Thursday, February 27, 2014

New York Yankees need CC Sabathia to be their ace again

Sabathia in 2013. Photo courtesy of
Keith Allison via Flickr.
The New York Yankees recently committed $155 million to Japanese star Masahiro Tanaka to be the future anchor of the rotation, but they need CC Sabathia to be the ace of this team in 2014.

After a very disappointing 2013 season, Sabathia is slimmer and more importantly stronger than he’s been as a Yankee. The 6’7” southpaw dropped some weight last year, but did not work as much on his strength and in his eyes it was an issue.

"I feel good. I feel strong," Sabathia told’s Bryan Hoch. "I don't feel any fatigue or anything like that. I'm excited.”

Is it enough?

Sabathia has tons of miles on that left arm and while it is nice that he is in better shape, it is yet to be determined how his shoulder and elbow will respond to another year of aging. In 2013, he went 14-13 with a 4.78 ERA and 175 strikeouts in 211 innings. It marked the seventh straight season he tossed at least 200 innings.

Sabathia’s 2013 peripheral stats dropped considerably from 2012. According to FanGraphs, his K/9 rate fell from 8.87 to 7.46 and his BB/9 jumped to 2.77 from 1.98. His HR/9 climbed above one per nine innings (1.19) for the first time in his career and his strand rate was the lowest of his career at 67.4 percent. His ERA- mark of 116 (adjusted for park and league where 100 is average) was by far the worst of his career. He can blame some of that on the fielding behind him, but even his FIP- was his worst ever, coming in at 100, which is considered average.

Sabathia’s fastball velocity continued to wane. He averaged 91.3 mph according to PITCHf/x data provided by FanGraphs. That is down from 92.4 in 2012 and 93.9 in 2013. For the second straight season, his PITCHf/x fastball value cost the Bombers runs (-6.2 in 2013 and -5.4 in 2012).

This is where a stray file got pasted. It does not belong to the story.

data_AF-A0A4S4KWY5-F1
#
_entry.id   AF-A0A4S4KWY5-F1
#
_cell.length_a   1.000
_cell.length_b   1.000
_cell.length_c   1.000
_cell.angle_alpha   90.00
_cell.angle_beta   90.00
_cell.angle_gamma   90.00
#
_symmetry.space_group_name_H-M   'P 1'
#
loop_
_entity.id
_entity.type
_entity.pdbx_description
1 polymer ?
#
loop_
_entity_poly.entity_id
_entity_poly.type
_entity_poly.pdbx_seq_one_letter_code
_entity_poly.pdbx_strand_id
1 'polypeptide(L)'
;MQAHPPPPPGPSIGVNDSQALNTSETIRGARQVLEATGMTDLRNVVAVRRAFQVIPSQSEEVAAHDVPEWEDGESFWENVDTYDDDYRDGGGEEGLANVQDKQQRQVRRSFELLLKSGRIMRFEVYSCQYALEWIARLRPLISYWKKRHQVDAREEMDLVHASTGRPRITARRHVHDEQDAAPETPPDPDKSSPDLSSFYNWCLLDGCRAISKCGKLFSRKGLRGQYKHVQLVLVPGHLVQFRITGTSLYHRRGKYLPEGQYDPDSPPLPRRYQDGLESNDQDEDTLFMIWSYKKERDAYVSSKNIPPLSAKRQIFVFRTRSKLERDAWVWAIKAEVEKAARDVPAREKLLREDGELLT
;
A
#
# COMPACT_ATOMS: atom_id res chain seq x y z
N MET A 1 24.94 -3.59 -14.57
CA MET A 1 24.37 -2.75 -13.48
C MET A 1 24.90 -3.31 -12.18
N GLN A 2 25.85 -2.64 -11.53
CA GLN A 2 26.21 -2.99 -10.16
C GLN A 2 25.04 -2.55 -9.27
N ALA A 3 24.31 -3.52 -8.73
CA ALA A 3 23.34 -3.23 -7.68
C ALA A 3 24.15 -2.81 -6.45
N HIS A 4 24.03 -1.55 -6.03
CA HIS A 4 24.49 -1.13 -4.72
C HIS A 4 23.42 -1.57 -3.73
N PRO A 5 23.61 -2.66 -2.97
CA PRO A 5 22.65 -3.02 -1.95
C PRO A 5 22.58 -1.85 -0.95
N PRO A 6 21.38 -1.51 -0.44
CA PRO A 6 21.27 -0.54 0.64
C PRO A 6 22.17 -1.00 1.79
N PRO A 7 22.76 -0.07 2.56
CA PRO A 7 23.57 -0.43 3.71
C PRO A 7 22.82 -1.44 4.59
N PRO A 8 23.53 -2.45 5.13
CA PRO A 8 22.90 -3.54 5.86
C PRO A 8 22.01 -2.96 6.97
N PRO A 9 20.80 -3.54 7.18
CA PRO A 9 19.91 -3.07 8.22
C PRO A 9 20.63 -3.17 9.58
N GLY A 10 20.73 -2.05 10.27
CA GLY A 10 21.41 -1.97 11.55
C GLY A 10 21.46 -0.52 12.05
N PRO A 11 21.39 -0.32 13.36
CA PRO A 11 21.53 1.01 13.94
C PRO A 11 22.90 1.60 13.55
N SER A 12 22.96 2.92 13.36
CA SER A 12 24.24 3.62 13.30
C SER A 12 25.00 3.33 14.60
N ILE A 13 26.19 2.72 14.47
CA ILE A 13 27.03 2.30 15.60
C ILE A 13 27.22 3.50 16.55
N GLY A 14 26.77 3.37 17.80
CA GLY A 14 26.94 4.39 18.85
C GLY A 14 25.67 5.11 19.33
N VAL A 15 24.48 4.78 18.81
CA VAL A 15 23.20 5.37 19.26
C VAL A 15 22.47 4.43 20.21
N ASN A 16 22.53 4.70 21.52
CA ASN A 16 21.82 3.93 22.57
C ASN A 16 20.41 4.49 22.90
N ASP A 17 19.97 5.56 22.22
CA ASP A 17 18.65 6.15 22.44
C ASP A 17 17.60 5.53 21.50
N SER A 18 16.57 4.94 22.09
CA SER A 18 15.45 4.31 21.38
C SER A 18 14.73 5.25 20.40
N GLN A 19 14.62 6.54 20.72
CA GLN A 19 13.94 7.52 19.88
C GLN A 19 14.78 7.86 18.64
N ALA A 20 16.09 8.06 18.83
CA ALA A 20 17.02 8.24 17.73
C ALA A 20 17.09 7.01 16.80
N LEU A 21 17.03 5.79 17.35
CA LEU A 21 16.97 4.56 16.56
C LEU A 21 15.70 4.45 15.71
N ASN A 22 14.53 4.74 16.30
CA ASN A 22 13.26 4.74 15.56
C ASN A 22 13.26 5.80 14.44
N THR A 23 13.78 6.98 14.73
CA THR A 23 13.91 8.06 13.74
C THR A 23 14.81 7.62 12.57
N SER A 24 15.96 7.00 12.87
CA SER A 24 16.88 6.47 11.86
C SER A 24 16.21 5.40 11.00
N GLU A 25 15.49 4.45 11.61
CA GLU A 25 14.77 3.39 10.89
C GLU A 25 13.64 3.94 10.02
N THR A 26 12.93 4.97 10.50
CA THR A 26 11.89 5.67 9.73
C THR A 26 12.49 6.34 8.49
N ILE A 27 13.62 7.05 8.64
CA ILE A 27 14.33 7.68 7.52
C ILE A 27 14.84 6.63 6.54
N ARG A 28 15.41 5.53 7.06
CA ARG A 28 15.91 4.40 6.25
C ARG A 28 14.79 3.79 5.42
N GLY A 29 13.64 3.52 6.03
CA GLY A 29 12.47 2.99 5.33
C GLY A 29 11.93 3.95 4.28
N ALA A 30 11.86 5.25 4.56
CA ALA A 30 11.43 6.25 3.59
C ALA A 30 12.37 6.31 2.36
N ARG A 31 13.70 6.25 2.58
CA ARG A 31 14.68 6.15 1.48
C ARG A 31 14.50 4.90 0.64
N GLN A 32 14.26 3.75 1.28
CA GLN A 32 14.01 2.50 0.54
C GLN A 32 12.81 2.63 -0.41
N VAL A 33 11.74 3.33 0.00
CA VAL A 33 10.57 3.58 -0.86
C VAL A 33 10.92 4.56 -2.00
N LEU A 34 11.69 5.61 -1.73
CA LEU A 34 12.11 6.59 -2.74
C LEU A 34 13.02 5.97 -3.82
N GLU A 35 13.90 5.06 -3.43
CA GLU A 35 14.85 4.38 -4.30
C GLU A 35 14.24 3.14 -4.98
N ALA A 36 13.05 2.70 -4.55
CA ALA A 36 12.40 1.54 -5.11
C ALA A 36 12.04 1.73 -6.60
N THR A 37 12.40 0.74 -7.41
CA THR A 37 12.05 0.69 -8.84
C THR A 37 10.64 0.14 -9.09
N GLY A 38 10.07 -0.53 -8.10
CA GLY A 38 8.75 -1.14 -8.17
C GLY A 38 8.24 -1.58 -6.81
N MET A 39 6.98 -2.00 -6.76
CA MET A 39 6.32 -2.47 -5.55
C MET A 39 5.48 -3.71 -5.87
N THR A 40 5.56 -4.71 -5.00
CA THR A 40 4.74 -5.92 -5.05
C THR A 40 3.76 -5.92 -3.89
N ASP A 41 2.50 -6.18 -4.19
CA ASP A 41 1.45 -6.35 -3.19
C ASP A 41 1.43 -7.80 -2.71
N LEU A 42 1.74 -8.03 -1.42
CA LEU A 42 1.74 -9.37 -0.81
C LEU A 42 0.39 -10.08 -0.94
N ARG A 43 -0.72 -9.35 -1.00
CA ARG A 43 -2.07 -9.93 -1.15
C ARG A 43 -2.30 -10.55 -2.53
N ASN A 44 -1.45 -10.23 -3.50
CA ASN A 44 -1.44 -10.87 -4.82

Sabathia’s slider has more and more become his bread and butter pitch with the decreasing effectiveness of his fastball, though it was not as valuable as in 2012 (down to +9.0 versus +19.0). Finally, Sabathia’s sinker and change up both suffered in 2013, registering a -9.3 and a -8.4 value respectively. When three of your top four pitches are failing, there are sure to be significant issues.

None of these peripheral stats paint a rosy picture for a player who is getting up there in years and whose “baseball age” is higher due to the number of innings he’s tossed in his 13-year career. It is difficult to suggest that he can simply flip a switch and turn things around to be an elite pitcher once again.

I do believe it is plausible that Sabathia can show improvement from 2013 to this season. There has never been a knock on Sabathia’s work ethic and he is in the best shape of his Yankee tenure. If he is indeed stronger, it may boost Sabathia’s fastball back up a notch and should he find a groove again with the sinker, slider and change, he can once again be at least an above-average starter.

I mentioned early on that the Yankees need Sabathia to be their ace in 2014. For a team with zero certainties up and down the rotation, this does not necessitate a 20-win, below 3.00 ERA season. Rather, 16 wins and an ERA in the 3.30-3.40 range will likely put him at the top of the rotation and signify that he has something left in the tank for his remaining time in the Bronx.

I believe Sabathia can reach these metrics because I’m of the mindset -- as he is -- that 2013 was a blip on the radar. I look at 2013 as a transitional stage where his diminished secondary pitches couldn’t make up for the lack of velocity in the fastball. I feel if he can gain a bit more speed on the fastball and have better control over his slider, curve and change, then he’ll again be the ace of the Yankees’ rotation. Let's see if he can do it.

Christopher Carelli is a freelance sports writer/editor and the Director of Content Strategy for Sportsideo. Connect with Chris on Twitter, Facebook, Google+ and LinkedIn.